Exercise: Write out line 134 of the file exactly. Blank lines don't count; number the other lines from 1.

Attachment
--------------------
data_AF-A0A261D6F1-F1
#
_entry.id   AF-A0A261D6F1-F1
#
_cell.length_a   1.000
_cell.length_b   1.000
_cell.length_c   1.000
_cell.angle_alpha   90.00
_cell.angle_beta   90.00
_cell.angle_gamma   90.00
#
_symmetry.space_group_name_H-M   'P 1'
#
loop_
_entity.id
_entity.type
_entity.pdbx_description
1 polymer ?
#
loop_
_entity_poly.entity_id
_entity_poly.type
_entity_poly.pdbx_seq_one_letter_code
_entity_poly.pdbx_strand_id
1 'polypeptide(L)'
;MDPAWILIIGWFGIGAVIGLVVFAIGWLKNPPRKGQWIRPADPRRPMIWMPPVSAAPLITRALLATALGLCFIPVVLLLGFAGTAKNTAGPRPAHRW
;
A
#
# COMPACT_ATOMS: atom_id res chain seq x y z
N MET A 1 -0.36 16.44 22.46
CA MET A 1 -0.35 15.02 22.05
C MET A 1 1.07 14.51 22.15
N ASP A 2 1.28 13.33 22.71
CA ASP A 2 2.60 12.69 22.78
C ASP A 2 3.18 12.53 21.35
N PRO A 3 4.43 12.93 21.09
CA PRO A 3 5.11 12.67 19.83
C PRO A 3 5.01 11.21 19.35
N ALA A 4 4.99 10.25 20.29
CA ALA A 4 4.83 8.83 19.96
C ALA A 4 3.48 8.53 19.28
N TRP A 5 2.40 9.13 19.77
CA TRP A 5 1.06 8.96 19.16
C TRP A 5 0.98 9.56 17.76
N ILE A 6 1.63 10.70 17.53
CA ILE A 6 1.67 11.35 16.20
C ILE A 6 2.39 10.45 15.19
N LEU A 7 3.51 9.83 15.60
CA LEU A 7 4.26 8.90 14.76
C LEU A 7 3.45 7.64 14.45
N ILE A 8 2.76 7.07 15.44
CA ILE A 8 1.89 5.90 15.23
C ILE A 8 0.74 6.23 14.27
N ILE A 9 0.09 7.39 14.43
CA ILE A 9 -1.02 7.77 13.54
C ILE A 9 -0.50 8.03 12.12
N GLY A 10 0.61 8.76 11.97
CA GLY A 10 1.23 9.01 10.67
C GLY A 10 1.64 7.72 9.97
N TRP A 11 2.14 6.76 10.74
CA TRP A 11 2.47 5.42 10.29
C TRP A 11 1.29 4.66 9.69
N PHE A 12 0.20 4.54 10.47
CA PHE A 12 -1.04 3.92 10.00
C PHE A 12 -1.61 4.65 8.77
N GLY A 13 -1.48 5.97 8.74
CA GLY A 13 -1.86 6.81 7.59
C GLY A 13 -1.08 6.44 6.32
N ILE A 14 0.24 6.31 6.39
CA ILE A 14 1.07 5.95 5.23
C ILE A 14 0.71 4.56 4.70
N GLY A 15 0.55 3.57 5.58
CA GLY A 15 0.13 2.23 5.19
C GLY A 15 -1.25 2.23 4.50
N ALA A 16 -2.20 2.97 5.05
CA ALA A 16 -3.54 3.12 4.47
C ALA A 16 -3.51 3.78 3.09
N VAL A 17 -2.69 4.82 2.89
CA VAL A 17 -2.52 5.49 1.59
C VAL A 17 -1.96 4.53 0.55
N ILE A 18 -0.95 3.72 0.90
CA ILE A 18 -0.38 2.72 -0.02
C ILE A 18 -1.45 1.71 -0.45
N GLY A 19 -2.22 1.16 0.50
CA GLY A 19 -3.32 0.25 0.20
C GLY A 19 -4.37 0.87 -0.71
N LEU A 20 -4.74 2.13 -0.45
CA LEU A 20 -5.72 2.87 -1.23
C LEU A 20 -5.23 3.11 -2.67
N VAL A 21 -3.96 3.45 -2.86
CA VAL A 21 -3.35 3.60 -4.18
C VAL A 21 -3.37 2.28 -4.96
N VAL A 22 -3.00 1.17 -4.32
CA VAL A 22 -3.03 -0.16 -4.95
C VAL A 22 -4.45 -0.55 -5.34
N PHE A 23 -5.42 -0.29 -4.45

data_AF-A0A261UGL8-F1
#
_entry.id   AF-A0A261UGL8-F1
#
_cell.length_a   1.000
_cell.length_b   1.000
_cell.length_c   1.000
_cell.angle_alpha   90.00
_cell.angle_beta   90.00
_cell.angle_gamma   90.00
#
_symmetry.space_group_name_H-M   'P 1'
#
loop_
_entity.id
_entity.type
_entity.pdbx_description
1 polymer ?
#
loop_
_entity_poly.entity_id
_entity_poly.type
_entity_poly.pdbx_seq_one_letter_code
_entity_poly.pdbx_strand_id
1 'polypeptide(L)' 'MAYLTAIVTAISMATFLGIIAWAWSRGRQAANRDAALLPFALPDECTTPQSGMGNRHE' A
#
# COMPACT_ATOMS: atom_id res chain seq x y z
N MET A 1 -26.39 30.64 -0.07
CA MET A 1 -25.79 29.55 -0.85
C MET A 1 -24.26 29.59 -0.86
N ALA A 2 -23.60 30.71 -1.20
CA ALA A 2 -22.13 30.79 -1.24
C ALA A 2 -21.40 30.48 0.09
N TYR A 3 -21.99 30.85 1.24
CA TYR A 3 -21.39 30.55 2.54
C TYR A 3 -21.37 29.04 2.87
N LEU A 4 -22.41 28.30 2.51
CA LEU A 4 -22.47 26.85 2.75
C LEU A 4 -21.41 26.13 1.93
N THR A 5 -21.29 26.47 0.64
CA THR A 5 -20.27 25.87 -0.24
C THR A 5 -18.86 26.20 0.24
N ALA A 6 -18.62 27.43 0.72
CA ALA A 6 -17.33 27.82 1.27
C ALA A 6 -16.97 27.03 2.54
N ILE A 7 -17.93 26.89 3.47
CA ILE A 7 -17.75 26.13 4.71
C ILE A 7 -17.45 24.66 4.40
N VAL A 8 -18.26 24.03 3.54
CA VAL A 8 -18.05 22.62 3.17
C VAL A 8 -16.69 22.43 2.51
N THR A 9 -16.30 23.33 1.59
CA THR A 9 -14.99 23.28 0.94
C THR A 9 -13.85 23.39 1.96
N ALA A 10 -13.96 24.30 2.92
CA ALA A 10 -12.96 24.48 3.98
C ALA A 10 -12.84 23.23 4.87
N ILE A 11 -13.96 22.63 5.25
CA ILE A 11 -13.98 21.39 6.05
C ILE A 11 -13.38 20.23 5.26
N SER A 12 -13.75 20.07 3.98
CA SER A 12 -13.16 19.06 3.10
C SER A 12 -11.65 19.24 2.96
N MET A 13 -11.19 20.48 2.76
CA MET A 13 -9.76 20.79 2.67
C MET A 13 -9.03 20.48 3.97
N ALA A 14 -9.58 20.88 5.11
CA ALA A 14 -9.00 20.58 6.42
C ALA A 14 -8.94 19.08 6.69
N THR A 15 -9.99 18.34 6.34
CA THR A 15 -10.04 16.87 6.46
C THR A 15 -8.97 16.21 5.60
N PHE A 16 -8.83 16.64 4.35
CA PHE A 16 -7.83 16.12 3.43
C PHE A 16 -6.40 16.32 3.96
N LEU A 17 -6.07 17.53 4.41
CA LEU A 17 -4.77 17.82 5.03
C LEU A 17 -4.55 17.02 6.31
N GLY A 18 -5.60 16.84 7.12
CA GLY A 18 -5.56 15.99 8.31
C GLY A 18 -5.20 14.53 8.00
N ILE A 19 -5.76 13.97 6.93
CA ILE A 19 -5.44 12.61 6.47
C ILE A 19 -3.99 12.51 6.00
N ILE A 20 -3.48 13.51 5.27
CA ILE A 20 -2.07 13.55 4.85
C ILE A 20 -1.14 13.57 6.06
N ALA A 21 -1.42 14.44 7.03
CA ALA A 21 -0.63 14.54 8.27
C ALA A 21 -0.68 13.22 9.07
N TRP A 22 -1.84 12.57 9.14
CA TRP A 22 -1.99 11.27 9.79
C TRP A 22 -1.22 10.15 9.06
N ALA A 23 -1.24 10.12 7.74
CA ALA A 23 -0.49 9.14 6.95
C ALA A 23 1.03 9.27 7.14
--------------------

N LEU A 4 -22.41 28.30 2.51